21st May 2015
In Tuita International Ltd (in Liquidation) v De Villiers Surveyors Ltd (Chancery Division 20 March 2015) the Court granted summary judgment on a novel point of causation of loss in valuer’s negligence claims where there has been re-financing and re-mortgage.
Under a Facility agreed in April 2011 the Lender loaned the Borrower £2.5 million, relying on the Valuer’s February 2011 valuation report (not claimed to be negligent). Later the Borrower applied to refinance and increase his borrowing to £3million with the same Lender. The same Valuer provided a valuation report in November 2011 (assumed for the purposes of the summary judgment application to be negligent), as a result of which the Lender agreed to lend up to a total of £3 million. The Lender redeemed the first mortgage by replacing it with a larger mortgage and transferred the debt into a new facility. The Borrower having defaulted, the Lender brought an action against the Valuer on the November valuation basing its loss on the total £3million facility. The Valuer applied for summary judgment on the issue of causation of loss and the Court agreed with the Valuer’s argument that in law £2.5million of the alleged loss was not caused by the November valuation because it failed the ‘but-for’ test of casuation. Since the Lender’s case was that it would not have agreed the new facility if it had been given a non-negligent valuation it followed that the Lender would still have the existing £2.5million indebtedness under the original mortgage which (although redeemed as against the borrower) was not avoided for the purposes of its negligence action against the Valuer. The Lender argued that because the Court of Appeal decided in Preferred Mortgages v Bradford & Bingley  PNLR 35 that a lender’s claim against a negligent valuer was extinguished upon redemption the but-for test of causation had to be disapplied to stop the loss falling into a legal black hole.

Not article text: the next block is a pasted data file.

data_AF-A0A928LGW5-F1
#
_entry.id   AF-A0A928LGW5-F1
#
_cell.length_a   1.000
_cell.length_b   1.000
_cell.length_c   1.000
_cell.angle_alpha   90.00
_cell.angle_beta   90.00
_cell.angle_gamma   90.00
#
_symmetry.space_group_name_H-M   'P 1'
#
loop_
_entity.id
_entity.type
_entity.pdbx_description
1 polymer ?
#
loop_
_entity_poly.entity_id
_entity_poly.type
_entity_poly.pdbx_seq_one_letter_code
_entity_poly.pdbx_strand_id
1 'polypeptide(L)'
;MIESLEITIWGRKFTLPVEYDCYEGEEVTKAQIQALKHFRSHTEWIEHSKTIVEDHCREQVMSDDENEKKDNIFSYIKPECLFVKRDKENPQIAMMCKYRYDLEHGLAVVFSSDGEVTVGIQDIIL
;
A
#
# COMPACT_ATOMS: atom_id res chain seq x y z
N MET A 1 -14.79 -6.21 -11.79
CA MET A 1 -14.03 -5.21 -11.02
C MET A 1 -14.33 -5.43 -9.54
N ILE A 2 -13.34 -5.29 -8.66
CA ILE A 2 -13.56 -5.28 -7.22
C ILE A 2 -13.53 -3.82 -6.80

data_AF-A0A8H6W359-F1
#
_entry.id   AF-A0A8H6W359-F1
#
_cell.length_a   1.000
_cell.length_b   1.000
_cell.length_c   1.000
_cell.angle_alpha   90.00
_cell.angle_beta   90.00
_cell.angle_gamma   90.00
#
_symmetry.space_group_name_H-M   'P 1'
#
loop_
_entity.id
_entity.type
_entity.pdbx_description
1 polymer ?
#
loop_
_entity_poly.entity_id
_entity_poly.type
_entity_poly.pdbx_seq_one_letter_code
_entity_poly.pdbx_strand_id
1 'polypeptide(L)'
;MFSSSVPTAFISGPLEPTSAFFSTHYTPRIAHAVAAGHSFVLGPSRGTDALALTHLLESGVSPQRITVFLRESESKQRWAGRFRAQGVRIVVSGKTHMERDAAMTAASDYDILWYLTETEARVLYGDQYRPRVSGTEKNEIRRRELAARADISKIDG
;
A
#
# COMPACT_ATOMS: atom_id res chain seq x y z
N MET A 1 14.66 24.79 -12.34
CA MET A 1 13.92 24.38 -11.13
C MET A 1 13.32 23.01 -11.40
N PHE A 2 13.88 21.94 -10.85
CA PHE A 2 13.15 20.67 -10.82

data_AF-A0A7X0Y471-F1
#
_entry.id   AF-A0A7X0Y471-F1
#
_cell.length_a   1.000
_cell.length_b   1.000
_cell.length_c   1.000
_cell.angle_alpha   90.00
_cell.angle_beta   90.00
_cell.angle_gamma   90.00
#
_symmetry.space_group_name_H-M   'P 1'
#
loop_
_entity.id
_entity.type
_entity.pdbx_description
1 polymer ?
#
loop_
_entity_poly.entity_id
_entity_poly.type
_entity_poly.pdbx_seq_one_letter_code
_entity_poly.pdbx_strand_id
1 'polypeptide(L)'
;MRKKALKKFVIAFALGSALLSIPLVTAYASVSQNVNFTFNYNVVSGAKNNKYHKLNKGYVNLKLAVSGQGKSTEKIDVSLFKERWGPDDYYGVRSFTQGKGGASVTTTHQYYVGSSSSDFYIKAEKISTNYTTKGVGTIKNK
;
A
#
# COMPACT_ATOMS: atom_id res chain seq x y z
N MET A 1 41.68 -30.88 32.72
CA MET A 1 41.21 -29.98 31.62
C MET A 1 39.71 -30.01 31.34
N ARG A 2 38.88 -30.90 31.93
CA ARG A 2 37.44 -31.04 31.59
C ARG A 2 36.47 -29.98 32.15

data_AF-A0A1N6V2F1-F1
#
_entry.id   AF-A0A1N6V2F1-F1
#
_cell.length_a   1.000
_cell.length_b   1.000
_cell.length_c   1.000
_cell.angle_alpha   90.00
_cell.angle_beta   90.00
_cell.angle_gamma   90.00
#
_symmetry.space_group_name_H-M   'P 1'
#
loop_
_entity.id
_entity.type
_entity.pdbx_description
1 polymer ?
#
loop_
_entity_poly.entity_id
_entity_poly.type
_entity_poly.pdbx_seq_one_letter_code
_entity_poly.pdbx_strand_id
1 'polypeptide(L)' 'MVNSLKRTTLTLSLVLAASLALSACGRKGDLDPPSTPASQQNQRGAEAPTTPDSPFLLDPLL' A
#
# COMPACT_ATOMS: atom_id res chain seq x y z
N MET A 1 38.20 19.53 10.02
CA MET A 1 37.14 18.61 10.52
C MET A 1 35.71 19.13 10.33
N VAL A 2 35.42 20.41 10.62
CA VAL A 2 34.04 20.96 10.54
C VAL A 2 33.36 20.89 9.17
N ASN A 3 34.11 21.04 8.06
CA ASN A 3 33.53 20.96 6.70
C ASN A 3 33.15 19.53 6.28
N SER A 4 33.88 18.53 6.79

The Court distinguished Preferred Mortgages holding that it did not consider but-for causation, and was not authority for the proposition that any loss arising from that original April 2011 loan could be said to be caused by the later November valuation: there was no reason to depart from the but-for test of causation. Accordingly the loss claimed against the Valuer from the November valuation could not include the £2.5million.
The Deputy High Court Judge Timothy Fancourt QC refused permission to appeal to the Court of Appeal, noting that although it was a novel point of importance it was for the Court of Appeal to decide whether permission should be granted.
Alexander Hickey acted for the successful valuer.
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